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Chargers for beginners?


New member
Hello! My son and I are assembling the Dynam PBY Catalina that we received as a gift 2-3 years ago. I've just learned a lot about LIPOs and want to do things safely. The PBY came with a battery (but is missing its charge balancer) and I have no charger.
(1) Is the existing battery safe, or do I need to replace it due to age? It's a Dynam LIPO 2200mA H 11.1 V, 20C, and it seems to have a charge on it per my multimeter. If I need to replace it, what battery would you recommend?
(2) Exactly which charger should we get? If I charge via the small plugs, does that eliminate the risk of unbalanced charging? If the charger has a balancer built in, am I ok? I don't need a big, fancy, professional charger here- this is our very first adventure into RC airplanes and it is likely we will crash the PBY within a few flights!
(3) Is it possible for us to successfully fly a 4 channel PBY as a novice, or is the challenge too difficult with training on a super basic plane?
(4) Is it reasonable to store our batteries in one of the fire safety bags made for these batteries?

Thanks a lot for your help and advice!


Cardboard Boy
For chargers you could get a Turnigy P606 (I have one of those) or a Imax B6.
The turnigy one doesn't have the storage charge function which sucks but it's fairly good, as for the Imax it's pretty popular so I guess you can look reviews for it on the internet.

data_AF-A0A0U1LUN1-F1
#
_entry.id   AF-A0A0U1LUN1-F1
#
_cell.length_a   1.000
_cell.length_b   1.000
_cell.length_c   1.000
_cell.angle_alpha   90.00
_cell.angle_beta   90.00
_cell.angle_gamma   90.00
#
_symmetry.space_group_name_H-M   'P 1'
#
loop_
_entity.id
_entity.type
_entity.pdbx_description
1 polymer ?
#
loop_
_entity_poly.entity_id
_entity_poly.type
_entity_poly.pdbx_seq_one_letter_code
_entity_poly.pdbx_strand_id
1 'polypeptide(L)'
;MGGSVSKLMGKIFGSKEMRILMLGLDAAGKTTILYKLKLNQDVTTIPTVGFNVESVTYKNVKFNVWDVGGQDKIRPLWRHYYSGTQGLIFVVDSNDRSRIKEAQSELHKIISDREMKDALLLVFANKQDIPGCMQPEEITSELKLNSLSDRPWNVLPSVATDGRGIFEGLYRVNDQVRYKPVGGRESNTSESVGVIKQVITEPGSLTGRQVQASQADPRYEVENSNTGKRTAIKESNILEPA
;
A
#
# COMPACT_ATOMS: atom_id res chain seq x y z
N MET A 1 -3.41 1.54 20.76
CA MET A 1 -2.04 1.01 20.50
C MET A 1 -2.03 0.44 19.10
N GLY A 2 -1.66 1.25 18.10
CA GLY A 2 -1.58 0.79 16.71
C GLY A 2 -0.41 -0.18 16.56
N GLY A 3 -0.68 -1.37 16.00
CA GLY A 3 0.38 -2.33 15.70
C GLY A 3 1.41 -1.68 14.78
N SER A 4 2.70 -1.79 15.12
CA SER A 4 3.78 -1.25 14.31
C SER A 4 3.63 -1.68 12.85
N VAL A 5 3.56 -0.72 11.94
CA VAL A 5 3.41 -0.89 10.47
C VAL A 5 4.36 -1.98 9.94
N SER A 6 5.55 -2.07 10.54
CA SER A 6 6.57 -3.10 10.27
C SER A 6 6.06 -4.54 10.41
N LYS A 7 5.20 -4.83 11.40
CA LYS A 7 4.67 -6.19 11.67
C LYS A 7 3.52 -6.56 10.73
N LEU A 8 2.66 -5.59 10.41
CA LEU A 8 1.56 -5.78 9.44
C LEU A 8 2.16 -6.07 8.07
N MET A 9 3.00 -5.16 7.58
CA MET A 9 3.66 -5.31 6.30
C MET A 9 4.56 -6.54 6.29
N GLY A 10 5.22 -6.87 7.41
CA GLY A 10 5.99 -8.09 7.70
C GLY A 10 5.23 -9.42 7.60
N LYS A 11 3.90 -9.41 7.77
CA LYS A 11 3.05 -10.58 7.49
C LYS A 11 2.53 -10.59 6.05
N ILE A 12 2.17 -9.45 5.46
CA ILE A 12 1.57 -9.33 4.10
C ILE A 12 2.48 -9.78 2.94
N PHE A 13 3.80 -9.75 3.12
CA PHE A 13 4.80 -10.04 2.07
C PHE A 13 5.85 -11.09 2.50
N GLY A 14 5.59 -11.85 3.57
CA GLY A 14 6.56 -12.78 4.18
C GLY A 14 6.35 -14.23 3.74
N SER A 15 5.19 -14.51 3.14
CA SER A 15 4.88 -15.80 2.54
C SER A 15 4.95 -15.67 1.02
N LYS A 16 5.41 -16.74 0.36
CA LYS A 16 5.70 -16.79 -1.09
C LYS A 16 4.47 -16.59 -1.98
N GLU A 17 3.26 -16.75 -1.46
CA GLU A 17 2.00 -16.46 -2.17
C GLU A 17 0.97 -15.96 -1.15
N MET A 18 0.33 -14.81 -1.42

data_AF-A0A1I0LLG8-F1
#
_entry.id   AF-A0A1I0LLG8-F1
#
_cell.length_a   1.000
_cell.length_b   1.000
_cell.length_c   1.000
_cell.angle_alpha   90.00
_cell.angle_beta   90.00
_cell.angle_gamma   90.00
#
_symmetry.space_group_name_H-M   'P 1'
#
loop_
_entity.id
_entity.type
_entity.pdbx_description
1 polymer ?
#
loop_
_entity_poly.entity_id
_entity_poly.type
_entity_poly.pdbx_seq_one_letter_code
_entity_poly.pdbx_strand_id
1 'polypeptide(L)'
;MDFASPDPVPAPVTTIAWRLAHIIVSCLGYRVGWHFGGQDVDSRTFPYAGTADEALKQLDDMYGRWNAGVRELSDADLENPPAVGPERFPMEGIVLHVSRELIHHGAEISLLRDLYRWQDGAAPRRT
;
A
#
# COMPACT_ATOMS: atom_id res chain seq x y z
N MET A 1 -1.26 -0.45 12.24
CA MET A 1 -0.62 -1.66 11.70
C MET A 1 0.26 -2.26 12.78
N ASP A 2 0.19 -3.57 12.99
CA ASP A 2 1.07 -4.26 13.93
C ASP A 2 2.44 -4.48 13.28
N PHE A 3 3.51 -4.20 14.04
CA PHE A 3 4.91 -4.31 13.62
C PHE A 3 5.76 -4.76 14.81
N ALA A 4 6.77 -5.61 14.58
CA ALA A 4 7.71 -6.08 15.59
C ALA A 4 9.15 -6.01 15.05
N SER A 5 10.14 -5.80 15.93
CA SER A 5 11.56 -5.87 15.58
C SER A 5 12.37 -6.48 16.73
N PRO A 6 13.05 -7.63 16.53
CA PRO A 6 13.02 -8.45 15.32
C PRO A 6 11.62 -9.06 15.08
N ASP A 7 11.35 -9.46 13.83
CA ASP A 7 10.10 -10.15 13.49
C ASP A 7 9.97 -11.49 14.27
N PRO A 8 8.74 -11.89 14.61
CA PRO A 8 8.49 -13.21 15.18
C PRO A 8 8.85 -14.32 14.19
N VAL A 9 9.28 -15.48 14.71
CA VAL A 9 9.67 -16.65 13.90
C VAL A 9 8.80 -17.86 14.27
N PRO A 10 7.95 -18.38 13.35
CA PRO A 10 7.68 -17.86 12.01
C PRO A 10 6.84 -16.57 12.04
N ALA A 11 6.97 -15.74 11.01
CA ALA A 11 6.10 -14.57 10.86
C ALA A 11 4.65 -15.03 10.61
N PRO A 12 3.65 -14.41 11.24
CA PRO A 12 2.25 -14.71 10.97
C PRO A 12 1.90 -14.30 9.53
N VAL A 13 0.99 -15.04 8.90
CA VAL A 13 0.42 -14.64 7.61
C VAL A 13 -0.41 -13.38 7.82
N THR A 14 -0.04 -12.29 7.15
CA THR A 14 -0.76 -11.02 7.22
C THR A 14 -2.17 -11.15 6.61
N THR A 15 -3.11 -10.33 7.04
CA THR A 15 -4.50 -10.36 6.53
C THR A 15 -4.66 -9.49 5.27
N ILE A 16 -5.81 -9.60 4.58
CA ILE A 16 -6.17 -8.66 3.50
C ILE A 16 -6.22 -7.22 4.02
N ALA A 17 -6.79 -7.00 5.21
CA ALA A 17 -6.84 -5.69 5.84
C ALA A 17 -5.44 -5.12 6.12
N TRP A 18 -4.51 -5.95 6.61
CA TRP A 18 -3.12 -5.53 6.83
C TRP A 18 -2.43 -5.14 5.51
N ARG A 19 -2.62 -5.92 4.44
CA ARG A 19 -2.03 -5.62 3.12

You can probably test your battery by charging it at 1C and then discharging it while monitoring it, if nothing bad happens then I guess it's still good but others will have to confirm that.

I usually store my batteries in the worst conditions and that's clearly not an example but I always monitor them when I charge them and put them in a metal box when I can't watch over them for a while, most evens require lipo bags I think so it's always good to have one.

As for flying the plane, can't say for sure since I never flow one of those.


Old and Bold RC PILOT
Well I received a gift of an FMS P40 800mm 15 months ago, (notoriously difficult for a beginner to fly successfully), and it was one of the last of the production and must have sat on the store shelf for years before my son purchased it. The LiPo was included and so I assumed that it was at least suspect and as parts are not available for the plane I put it aside for a later day, (battery still in the box with the plane).

Anyway last week I decided that I would stop the complaints by flying it for my son's benefit regardless of the outcome. So I dug the battery out and followed my standard procedure for LiPo charging in that I refrigerated the battery first and then balance charged it. Battery health still unknown I returned it to the refrigerator for storage.

Last weekend I took the P40 to the field plugged the battery in and the critics were correct it swung violently on take off and when tested it stalled viciously without warning but I flew the full battery charge through it and landed safely. Back home I again followed my cool, charge, cool procedure and the battery took its full rating in charge amount. So the age of the battery is less important than its history.